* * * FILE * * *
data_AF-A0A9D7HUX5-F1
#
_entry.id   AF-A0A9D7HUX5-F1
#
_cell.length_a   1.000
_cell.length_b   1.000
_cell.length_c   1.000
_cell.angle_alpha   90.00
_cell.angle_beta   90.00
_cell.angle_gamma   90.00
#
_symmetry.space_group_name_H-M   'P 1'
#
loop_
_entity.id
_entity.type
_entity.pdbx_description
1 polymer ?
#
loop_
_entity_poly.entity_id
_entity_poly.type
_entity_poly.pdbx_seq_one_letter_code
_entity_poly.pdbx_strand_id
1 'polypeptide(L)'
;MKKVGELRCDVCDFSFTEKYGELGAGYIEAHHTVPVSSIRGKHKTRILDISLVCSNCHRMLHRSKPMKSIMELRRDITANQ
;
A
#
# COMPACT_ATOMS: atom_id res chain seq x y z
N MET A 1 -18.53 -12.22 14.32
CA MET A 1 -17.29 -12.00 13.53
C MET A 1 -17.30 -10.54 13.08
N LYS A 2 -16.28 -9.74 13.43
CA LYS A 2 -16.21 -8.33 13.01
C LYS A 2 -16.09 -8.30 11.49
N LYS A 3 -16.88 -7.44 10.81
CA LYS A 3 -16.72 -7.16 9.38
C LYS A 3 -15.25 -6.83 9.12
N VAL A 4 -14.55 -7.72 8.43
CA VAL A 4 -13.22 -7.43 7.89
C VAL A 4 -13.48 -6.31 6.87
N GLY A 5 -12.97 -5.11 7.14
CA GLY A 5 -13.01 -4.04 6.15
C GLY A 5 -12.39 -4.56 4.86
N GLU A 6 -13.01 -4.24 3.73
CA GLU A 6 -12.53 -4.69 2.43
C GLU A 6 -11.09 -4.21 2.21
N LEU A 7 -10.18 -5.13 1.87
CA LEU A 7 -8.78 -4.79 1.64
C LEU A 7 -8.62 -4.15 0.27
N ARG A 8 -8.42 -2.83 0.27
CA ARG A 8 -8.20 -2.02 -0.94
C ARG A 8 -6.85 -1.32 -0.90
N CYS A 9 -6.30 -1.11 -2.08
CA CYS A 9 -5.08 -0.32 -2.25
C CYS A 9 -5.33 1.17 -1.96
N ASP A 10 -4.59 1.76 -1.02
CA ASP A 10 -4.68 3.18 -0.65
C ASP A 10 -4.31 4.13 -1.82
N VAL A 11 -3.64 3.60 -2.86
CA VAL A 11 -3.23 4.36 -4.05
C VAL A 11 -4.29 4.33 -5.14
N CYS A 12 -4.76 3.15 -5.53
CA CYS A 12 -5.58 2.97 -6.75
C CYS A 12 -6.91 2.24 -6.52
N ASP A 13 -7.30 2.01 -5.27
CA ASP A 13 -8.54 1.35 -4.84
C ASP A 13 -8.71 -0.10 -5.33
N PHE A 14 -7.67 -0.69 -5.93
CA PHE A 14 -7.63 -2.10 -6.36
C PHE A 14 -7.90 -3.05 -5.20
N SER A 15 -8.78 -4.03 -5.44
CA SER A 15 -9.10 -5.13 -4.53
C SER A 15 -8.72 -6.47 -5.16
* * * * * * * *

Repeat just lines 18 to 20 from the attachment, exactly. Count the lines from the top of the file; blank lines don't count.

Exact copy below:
1 polymer ?
#
loop_